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Oklahoma Department of Corrections Director addresses problem with state prison system

(Source KSWO) (Source KSWO)
(Source KSWO) (Source KSWO)

LAWTON, OK (KSWO) - Oklahoma's Director of Corrections visited Lawton Thursday to address several problems our state's prison system is facing from over-population and under-staffing to aging facilities all while the state faces a budget shortfall.

Director, Joe Allbaugh said his department has already imposed a hiring freeze as part of a plan to save about 3-million dollars to get through the end of this fiscal year.  But he says a long-term fix is needed, which means more space to house the growing number of inmates, and more resources to treat their health problems behind bars.

Allbaugh is requesting three times more money than they got last year. That's 1-point-6 billion dollars for this fiscal year, part of which would pay for two new medium security prisons.  Those prisons would cost more than 840-million dollars and they are needed.
Right now the state prison capacity is at 109 percent and there are about 1,500 people waiting to enter DOC custody.

A request for the state to pay an extra 849 million dollars more than they did the last fiscal year for two new prisons.may be a lot to ask, but DOC Director Joe Allbaugh said lawmakers needs to take a good look at the overpopulation problem, and other issues such as staffing and facility upgrades.
"I know they have education and health and mental health and types of strains on that money but they have to prioritize and I know they are going to do that and I hope they will treat corrections as a core function of government because were the first line of defense when it comes to public safety and if they don't fund us properly we are going to have an accident" Allbaugh said.

The state of Oklahoma is already facing a budget hole of nearly 900 million dollars.  

The tight budget and growing expenses at the DOC have led the agency to take a look at every possible area to save money and reduce cost. It will be tough on lawmakers to figure out how to allocate money to all agencies statewide,  but funding for prisons is necessary.

 "Well because at some point the feds are going to step in and take over the system and they will dictate what the legislature has to do and I don't think that's fair to the citizens or the taxpayers of Oklahoma. Our legislature ought to design plans and programs and ways to fund those plans that would not only address our current over population but would put programs in place that could help with a down turn of the incarceration rate," Allbaugh said.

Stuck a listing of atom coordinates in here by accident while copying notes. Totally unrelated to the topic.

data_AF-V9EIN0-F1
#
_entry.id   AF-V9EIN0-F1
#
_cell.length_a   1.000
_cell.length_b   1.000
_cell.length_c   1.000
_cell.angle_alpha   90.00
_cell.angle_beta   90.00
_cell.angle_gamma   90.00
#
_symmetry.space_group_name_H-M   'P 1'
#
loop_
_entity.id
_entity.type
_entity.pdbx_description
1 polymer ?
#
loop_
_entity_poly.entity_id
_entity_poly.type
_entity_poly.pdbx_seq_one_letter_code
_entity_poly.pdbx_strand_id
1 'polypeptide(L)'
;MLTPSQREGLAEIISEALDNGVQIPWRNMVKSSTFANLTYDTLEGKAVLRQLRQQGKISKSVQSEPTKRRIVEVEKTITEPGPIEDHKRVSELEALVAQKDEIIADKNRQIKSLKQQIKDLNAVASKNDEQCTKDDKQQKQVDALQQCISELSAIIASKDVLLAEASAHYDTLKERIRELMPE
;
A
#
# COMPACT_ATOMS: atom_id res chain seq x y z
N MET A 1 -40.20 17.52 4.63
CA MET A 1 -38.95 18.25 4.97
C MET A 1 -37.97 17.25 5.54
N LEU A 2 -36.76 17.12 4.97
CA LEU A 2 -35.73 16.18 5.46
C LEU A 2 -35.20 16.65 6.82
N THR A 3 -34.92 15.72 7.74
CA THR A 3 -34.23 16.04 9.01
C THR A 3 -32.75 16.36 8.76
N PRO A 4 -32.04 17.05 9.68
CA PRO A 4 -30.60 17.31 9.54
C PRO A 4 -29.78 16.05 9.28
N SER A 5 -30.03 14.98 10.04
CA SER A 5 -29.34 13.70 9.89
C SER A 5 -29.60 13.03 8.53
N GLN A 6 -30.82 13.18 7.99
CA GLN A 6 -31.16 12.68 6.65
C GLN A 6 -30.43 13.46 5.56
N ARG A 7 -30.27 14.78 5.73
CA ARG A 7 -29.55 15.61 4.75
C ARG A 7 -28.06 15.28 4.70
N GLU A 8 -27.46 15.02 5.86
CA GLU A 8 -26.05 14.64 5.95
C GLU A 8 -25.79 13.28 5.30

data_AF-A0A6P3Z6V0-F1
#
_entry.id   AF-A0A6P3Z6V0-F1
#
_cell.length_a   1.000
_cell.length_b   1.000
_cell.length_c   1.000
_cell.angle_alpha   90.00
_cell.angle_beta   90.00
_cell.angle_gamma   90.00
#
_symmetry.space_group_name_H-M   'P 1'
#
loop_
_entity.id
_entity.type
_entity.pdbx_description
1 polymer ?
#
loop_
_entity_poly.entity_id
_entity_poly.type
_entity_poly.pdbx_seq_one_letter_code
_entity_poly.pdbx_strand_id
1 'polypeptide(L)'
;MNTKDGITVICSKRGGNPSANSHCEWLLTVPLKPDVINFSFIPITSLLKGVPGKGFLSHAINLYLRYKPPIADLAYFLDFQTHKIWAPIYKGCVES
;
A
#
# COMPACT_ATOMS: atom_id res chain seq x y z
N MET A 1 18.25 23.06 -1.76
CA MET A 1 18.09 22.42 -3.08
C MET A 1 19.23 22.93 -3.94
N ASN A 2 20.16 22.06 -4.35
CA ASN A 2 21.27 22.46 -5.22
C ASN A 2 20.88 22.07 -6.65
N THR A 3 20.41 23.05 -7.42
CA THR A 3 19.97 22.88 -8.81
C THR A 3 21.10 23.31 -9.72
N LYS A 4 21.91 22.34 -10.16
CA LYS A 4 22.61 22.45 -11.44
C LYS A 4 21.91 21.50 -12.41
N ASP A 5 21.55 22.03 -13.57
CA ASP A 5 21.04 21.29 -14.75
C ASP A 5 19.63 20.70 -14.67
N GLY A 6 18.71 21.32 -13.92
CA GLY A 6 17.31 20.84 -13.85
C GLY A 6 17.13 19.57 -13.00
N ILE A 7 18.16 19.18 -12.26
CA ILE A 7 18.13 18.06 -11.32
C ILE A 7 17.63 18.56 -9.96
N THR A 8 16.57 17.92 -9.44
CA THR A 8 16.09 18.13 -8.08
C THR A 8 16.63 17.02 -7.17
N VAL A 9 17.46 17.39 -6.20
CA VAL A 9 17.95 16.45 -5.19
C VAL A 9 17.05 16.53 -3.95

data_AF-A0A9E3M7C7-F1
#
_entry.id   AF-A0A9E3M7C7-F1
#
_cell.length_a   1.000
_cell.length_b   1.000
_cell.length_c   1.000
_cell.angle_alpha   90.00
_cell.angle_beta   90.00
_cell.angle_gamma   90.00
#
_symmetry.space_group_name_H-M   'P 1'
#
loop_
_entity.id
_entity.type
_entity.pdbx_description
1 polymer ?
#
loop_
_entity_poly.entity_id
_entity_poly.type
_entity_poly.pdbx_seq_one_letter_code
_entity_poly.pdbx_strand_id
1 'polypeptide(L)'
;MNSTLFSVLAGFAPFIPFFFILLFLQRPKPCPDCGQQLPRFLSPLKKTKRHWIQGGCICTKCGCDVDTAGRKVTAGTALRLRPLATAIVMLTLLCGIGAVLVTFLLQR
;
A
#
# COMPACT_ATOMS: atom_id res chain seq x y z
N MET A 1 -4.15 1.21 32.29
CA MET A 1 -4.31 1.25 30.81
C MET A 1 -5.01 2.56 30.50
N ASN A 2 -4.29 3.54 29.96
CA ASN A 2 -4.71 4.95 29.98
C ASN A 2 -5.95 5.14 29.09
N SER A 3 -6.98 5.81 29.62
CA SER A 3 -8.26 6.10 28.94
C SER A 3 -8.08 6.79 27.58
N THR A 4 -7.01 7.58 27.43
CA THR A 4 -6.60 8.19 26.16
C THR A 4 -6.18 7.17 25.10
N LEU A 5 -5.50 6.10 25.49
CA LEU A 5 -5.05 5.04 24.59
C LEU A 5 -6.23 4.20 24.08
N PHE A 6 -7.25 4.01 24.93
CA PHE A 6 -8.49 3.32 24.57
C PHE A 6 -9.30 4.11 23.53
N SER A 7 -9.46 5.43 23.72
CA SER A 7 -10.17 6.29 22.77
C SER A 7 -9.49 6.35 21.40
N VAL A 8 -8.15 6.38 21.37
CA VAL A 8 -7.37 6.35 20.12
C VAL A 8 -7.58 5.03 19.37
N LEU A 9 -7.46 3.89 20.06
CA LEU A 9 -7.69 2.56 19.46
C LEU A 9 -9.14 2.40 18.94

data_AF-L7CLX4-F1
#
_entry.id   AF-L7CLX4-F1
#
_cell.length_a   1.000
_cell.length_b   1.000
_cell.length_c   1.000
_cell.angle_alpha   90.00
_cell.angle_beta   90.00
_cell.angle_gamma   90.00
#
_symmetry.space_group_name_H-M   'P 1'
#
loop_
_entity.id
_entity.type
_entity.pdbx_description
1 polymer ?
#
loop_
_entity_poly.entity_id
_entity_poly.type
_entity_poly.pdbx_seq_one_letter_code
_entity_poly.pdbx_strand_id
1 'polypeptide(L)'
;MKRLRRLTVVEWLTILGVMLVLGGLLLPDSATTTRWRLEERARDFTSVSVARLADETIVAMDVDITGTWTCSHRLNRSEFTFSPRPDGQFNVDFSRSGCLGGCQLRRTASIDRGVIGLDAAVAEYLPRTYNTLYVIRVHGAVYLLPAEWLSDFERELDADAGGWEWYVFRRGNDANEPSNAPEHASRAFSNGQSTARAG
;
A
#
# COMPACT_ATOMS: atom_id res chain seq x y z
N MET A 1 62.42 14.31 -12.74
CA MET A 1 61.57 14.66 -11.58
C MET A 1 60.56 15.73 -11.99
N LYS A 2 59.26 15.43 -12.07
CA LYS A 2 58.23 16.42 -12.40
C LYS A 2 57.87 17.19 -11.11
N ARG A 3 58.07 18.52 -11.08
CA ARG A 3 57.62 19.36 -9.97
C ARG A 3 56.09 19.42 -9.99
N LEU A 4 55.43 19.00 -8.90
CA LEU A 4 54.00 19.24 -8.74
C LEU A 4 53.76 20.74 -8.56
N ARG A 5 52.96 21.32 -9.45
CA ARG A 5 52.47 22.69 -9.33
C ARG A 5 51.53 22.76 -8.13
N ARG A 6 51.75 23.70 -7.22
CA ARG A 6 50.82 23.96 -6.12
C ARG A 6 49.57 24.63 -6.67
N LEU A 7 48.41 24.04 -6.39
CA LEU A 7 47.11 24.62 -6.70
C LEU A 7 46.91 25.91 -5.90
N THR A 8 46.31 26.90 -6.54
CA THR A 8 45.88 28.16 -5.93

To help with the overpopulation problem back in November of 2016 Oklahomans voted in favor of state question 780, which reclassifies criminal offenses, like drug possession and property crimes, to misdemeanors instead of felonies. While this is expected to help overcrowding, Allbaugh said it will take time.

"When you make changes to criminal justice it takes a while for the system to adjust to those changes. It wont be immediate, but I would urge the citizens of Oklahoma not to give up hope," Allbaugh said.

Another topic discussed was inmate health care. The DOC is requesting about 160 million dollars for funding to maintain standards while contending with rising medical costs, an aging population, treatment needs, and the need for mental health care.

"Mental health issues tend to be not the cornerstone but one of the reasons why so many people are locked up is because they commit crimes, they don't have access to the medication that they need to control their illness or they are not in the right program. It's just a very difficult issue and much like the rest of the population people like to treat it out of sight and out and out of mind they don't want to address the ugly underbelly of society," Allbaugh said.

 Allbaugh said he is hopeful the state can get through the budget crunch and the DOC wont have to layoff any employees.

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